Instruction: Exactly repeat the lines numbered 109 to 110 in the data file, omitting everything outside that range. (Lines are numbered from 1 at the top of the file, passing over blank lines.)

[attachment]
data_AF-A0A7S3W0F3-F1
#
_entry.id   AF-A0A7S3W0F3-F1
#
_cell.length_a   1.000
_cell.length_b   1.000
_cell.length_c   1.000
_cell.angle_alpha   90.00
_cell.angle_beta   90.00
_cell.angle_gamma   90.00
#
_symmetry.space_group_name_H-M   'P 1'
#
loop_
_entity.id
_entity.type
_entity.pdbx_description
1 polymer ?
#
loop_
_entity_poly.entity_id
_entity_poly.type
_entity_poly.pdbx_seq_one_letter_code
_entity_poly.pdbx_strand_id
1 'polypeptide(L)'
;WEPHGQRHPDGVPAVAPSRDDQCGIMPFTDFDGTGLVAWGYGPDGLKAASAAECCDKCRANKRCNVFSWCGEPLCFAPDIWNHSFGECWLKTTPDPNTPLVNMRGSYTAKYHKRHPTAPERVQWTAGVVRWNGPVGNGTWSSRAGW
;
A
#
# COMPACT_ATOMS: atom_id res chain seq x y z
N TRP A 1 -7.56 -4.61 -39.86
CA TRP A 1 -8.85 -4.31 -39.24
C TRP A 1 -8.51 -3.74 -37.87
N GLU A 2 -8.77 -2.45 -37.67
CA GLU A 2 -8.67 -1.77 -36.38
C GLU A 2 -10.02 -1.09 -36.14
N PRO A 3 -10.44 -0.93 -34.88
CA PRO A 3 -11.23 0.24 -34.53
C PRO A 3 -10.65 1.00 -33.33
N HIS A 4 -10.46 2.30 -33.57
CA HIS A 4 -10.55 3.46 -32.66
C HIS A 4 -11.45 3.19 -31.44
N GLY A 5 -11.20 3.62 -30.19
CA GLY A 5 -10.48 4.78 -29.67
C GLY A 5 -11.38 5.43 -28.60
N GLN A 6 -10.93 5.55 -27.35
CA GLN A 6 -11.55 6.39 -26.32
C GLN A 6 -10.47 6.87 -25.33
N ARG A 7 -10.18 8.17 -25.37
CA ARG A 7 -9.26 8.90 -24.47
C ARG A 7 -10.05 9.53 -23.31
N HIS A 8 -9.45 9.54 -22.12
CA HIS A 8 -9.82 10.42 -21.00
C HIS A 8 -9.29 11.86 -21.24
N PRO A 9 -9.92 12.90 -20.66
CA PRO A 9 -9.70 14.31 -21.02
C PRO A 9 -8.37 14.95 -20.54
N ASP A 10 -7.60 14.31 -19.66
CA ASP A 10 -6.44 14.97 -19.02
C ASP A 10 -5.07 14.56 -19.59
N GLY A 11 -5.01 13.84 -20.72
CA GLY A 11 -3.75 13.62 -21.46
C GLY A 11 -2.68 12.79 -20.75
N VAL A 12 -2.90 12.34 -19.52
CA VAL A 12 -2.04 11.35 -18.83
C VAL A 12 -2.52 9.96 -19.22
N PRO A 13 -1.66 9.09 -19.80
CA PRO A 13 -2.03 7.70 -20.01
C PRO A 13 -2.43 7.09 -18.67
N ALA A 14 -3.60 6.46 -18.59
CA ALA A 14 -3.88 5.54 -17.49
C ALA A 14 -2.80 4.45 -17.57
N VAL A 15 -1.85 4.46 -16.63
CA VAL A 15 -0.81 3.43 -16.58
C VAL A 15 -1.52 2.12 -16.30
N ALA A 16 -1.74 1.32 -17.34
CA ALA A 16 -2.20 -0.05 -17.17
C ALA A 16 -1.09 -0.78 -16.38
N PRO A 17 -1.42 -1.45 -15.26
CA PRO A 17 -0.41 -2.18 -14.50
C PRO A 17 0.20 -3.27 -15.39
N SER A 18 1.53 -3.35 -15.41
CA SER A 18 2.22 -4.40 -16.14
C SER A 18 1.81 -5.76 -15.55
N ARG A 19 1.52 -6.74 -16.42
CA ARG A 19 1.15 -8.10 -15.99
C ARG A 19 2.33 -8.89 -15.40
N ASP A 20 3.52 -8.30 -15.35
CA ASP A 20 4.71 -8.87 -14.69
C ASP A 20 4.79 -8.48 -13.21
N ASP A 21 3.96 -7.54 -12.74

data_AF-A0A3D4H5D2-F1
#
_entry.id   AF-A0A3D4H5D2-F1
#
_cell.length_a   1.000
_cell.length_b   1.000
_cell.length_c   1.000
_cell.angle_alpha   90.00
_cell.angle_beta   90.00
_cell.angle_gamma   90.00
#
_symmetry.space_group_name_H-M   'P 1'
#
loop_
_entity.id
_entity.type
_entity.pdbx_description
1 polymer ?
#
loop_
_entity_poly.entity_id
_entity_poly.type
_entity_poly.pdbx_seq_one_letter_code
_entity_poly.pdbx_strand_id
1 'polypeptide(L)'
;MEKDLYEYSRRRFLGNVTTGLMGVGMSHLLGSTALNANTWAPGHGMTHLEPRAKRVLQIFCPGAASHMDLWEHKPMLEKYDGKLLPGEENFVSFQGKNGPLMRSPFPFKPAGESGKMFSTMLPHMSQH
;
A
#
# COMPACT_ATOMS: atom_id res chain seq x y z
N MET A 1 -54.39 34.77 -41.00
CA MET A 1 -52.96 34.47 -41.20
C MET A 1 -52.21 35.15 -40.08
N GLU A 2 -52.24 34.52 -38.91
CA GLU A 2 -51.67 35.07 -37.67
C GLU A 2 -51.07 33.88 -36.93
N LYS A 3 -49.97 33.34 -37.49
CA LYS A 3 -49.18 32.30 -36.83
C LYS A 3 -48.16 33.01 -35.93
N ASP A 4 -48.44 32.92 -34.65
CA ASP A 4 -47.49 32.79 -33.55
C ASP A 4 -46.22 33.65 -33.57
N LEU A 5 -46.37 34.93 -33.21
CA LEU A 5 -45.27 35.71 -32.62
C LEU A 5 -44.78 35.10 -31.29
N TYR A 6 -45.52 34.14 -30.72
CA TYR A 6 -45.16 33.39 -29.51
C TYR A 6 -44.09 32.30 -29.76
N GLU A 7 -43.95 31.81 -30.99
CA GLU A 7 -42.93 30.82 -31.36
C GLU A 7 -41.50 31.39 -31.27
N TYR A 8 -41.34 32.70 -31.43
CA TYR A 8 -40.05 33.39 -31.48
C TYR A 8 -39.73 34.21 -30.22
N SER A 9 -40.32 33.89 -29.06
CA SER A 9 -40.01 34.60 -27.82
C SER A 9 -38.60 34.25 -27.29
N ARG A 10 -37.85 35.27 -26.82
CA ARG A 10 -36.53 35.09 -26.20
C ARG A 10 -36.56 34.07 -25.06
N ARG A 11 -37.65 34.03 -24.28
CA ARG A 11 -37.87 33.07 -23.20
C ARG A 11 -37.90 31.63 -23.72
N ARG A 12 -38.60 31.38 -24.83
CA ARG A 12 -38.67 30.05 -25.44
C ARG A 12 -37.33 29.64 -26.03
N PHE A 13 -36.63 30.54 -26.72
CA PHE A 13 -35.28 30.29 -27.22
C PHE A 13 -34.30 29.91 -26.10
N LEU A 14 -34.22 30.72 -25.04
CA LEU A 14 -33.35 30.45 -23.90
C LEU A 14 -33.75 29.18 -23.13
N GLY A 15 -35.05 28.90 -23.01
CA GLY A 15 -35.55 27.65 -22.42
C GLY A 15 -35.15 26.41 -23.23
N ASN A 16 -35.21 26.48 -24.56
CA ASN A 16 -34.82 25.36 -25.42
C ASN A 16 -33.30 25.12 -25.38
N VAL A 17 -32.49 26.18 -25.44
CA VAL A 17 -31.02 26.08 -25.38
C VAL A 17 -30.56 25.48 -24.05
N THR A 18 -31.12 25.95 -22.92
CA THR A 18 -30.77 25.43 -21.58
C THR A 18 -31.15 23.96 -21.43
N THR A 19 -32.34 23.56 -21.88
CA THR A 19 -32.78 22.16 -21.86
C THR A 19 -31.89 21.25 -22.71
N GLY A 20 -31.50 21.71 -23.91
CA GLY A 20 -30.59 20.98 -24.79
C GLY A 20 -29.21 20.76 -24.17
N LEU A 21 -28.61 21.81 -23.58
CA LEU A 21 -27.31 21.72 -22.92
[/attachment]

1 polymer ?
#